Being sixty I remember all the hoopla over the book, the movie and still didn’t read the book until my late thirty’s in an English class as an older college student.
    My favorite memory was the gentle southern voice throughout the text. If you didn’t look out of your draped windows you didn’t know that there was anything wrong. People always prefer innocence over guilt especially when you are referring to the lives the live.

  79. liz n. says:

    “To Kill a Mockingbird” is one of my favorites, so, of course, I plan to read “Go Set a Watchman.” Under the circumstances, I don’t mind that we’re getting the raw, uncut version. I’m also very curious to see this other man Atticus has become…I know someone who changed in the same way it sounds like Atticus has/did, so that transformation caught my attention.

    Anyway, favorite moments, which probably resonate so much because I’m an INTJ:

    Essentially, the entirety of the courtroom chapters. With all the lessons to be learned in the pages of “Mockingbird,” I still love the way Atticus picks apart the Ewells’ testimony and makes his case.

    My favorite words spoken, by Atticus: “Best way to clear the air is to have it all out in the open.”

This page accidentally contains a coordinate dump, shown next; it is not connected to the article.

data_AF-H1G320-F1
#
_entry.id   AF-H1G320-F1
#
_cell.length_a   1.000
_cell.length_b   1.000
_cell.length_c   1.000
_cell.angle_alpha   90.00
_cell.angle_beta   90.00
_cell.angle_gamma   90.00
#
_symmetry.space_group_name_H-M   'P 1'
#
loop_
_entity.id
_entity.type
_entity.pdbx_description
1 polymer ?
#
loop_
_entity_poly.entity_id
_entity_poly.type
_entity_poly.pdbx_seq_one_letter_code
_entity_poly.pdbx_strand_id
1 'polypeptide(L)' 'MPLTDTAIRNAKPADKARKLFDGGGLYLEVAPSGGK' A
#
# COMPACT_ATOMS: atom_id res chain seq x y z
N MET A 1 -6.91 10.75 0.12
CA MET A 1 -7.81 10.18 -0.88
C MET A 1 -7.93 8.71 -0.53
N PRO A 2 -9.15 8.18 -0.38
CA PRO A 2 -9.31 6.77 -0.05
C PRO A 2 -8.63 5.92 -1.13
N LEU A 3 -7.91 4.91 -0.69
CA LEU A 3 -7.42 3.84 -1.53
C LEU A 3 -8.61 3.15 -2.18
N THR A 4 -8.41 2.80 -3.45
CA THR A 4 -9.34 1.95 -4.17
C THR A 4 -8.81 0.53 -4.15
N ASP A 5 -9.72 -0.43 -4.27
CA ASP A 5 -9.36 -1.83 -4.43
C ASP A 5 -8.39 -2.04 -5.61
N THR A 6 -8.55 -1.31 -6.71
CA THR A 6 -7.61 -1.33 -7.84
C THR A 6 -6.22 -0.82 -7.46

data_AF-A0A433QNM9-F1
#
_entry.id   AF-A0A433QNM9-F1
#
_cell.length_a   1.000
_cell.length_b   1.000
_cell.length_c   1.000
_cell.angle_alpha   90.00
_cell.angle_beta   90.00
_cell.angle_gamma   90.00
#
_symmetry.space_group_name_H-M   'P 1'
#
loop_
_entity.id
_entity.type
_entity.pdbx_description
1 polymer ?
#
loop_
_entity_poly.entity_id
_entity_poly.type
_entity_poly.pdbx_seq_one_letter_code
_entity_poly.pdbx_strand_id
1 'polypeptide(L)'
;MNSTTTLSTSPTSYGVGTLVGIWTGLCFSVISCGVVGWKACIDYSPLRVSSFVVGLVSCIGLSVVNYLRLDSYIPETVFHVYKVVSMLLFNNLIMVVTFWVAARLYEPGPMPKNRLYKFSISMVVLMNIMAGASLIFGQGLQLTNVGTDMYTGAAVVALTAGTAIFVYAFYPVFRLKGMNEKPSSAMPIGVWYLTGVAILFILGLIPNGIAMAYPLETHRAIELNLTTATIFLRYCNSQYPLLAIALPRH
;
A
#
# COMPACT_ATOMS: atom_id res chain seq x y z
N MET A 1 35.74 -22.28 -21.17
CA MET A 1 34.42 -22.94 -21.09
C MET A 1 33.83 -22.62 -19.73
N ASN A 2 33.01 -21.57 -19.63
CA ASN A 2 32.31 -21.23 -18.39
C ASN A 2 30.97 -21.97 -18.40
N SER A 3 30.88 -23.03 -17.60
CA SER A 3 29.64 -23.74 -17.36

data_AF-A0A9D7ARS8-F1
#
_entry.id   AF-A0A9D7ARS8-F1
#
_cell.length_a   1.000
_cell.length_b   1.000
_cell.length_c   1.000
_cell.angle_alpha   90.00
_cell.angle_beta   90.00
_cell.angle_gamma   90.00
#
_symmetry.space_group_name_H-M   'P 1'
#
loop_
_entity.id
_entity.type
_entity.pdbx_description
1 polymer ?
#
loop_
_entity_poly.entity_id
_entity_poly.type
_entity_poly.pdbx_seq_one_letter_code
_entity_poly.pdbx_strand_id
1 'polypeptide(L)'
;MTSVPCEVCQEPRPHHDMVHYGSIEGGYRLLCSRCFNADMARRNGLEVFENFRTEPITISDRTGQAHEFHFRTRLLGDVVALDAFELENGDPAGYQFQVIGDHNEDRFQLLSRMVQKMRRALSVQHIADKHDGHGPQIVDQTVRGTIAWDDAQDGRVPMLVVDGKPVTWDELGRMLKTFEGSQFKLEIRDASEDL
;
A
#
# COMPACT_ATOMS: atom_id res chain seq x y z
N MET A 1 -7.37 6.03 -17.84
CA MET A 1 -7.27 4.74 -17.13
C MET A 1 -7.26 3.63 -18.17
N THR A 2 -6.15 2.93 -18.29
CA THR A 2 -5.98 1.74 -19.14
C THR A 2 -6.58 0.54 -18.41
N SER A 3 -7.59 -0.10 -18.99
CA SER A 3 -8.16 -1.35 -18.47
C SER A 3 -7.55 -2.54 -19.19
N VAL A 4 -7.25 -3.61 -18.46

I did pre-order, by the way, but Someone Who Knows Who He Is made off with my copy, and he should know that Someone Who Was Very Much Looking Forward To Reading Her New Book might very well forget to pick him up from the airport on his return trip.

  80. Velma says:

    I’ve read TKAM several times but the last time was many years ago. I am also on the library’s waiting list for Watchman so I have time to re-read Mockingbird. My favorite parts of the book are the conversations between Scout and Atticus.

  81. Debbi Faust says:

    Actually, I have never read the book. Recently I read another book about a book club and one of the books they read was “To Kill A Mockingbird”. Ever since then I have wanted to read it. Then found the book at a thrift store and plan to read it soon. I have only seen bits and pieces of the movie. Thanks for writing your views on the two books. And thanks for the chance to win one.


  82. My favorite part of To Kill a Mockingbird is the walk home from school, dressed as a ham, in the darkness–the suspense, then the action swirling incomprehensibly around you (Scout) as you are ludicrously trapped in a ham. 🙂 It’s such a great combination of tension and humor.

  83. Lynn Corbaley says:

    Great article! I would love to win the extra copy.

    My favorite part of Mockingbird part is the part about Scout reading so early. I used it to start a graduate paper I wrote on Language Arts for the gifted. I too read before Kindergarten and back in the day, it was very frustrating for the teachers. No one knows how I started reading. I think it was from listening/watching my older sister, as my parents did not read to me. However, she doesn’t remember reading to me that much either. I was also what they used to call a tomboy, like Scout, a bit rough and tumble for a girl.